State and federal criminal laws often overlap and intertwine, particularly when it comes to drugs and guns. Law enforcement of every stripe takes these cases very seriously, but federal laws tend to be significantly harsher. In a recent Central Florida gun crime case, a federal district court upheld the U.S. government’s right under the Constitution to impose those penalties, as long as the feds can prove some very minimal connection to interstate commerce.The defendant was arrested and charged with possession of a firearm by a convicted felon, a federal crime. He was eventually sentenced to five years in jail, a sentence that was increased because he had previously been convicted of drug trafficking. He later appealed the sentence, arguing that the feds didn’t have the authority to charge him under the circumstances. The U.S. Court of Appeals for the Eleventh Circuit disagreed.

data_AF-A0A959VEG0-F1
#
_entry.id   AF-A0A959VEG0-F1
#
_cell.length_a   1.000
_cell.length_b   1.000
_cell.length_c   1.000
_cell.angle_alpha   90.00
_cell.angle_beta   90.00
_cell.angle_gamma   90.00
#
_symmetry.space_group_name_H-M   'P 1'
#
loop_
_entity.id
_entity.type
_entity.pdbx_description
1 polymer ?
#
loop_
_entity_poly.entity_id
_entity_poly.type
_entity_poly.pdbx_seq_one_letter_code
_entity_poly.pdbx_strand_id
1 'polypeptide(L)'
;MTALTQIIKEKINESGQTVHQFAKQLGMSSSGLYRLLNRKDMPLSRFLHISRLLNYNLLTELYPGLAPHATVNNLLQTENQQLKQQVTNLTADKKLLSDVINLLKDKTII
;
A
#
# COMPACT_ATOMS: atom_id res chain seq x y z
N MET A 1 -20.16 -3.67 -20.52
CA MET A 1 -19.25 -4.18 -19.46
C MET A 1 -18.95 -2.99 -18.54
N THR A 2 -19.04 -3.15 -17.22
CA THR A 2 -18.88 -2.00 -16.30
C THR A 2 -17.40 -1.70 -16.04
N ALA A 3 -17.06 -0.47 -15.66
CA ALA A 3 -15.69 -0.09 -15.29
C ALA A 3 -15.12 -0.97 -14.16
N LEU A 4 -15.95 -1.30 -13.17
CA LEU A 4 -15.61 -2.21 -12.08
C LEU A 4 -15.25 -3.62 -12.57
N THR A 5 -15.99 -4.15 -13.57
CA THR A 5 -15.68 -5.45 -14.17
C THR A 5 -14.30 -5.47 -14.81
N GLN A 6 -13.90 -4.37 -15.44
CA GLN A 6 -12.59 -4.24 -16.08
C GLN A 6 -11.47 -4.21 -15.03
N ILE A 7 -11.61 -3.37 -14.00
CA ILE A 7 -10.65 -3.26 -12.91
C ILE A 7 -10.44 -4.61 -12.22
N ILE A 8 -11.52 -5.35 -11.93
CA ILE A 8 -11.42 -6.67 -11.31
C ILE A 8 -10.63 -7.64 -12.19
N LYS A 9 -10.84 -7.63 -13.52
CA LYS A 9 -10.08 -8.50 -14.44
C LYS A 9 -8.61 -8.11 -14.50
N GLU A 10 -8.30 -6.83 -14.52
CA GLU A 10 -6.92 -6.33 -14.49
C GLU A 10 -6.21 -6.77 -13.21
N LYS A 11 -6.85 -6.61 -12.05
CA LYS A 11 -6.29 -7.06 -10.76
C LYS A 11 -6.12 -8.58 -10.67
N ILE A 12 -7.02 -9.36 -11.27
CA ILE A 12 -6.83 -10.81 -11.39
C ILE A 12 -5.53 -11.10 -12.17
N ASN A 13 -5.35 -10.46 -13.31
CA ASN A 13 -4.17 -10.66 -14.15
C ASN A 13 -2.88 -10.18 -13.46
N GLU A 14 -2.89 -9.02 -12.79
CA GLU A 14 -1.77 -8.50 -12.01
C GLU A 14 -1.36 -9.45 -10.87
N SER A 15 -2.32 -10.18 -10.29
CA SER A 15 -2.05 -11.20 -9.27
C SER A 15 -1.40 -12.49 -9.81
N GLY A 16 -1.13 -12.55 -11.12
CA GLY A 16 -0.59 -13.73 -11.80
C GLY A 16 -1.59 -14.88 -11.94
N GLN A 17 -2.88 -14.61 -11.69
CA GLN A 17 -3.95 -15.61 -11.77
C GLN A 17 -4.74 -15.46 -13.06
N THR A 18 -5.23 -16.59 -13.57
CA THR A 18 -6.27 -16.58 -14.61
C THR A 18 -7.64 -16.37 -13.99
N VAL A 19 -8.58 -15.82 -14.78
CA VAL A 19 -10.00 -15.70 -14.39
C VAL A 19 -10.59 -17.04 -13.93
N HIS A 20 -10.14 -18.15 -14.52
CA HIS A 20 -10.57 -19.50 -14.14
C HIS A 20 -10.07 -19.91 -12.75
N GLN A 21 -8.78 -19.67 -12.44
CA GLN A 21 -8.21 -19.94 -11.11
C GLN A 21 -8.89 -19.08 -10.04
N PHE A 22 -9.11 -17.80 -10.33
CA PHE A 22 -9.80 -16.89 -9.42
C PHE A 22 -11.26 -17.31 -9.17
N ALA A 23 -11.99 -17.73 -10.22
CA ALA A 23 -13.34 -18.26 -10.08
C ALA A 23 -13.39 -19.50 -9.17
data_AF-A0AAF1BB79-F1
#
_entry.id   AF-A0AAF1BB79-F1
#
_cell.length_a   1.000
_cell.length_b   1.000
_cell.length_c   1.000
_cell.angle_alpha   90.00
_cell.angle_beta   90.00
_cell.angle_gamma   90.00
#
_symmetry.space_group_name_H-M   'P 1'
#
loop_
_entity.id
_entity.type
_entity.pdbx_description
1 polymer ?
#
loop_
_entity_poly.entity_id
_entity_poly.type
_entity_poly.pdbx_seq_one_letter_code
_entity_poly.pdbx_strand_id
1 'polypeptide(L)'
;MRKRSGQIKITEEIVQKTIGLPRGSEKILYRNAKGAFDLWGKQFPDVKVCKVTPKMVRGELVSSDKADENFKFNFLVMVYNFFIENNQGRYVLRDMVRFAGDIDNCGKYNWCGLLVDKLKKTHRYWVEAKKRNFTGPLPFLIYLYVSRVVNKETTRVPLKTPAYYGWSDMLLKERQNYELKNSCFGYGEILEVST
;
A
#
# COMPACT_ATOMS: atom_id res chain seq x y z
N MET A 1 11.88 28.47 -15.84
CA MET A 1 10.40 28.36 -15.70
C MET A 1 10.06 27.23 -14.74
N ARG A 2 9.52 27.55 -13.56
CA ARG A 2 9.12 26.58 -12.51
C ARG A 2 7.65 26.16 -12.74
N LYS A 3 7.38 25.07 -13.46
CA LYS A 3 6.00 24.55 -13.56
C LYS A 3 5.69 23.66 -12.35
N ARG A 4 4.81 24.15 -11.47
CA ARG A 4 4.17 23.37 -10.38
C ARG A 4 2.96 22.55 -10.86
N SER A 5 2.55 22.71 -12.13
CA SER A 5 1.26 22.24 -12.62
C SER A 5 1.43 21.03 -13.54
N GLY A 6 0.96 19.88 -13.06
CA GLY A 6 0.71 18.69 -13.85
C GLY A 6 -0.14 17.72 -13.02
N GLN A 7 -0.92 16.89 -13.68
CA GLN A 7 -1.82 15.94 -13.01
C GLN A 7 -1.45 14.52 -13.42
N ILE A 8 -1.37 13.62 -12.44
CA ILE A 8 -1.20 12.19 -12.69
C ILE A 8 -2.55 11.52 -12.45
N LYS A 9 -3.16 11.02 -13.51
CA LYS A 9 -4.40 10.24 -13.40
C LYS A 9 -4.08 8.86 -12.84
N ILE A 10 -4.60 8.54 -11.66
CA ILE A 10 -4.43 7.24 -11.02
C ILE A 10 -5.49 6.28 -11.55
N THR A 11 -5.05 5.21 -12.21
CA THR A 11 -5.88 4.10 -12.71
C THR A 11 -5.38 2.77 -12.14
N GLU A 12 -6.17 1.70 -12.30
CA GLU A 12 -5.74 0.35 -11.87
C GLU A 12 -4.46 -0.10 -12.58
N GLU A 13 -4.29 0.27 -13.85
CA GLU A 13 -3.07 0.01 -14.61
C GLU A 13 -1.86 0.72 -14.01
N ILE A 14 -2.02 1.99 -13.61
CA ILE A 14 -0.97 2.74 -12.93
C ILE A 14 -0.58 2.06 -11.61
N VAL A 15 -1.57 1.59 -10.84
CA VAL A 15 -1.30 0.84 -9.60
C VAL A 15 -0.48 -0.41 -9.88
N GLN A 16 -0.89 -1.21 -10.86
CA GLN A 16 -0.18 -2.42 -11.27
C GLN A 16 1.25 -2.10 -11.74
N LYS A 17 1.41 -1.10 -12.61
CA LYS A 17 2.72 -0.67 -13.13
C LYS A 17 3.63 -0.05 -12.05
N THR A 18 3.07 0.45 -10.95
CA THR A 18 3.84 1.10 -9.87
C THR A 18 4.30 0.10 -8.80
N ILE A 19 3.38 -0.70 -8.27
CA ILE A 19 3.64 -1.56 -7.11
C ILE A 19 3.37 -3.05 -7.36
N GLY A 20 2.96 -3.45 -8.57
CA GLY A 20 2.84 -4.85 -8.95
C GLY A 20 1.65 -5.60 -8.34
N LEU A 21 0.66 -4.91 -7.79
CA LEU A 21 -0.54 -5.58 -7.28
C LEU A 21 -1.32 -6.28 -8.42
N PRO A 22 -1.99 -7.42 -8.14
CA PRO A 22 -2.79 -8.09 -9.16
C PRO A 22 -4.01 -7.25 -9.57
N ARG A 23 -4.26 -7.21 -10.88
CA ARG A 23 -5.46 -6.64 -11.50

The Court explained that the federal law banning felons from having guns stems from the federal government’s power under the U.S. Constitution’s Commerce Clause. That clause directly authorizes the feds “to regulate commerce with foreign nations, and among the several states, and with the Indian tribes.” It has been read broadly to give the government wide enforcement authority over anything that has some connection to commerce between states.
“The statute is constitutional as applied so long as the government proves some minimal nexus to interstate commerce,” the court explained. The government can establish that connection “by demonstrating that the firearm traveled in interstate commerce through testimony that the firearm was manufactured in a different state.”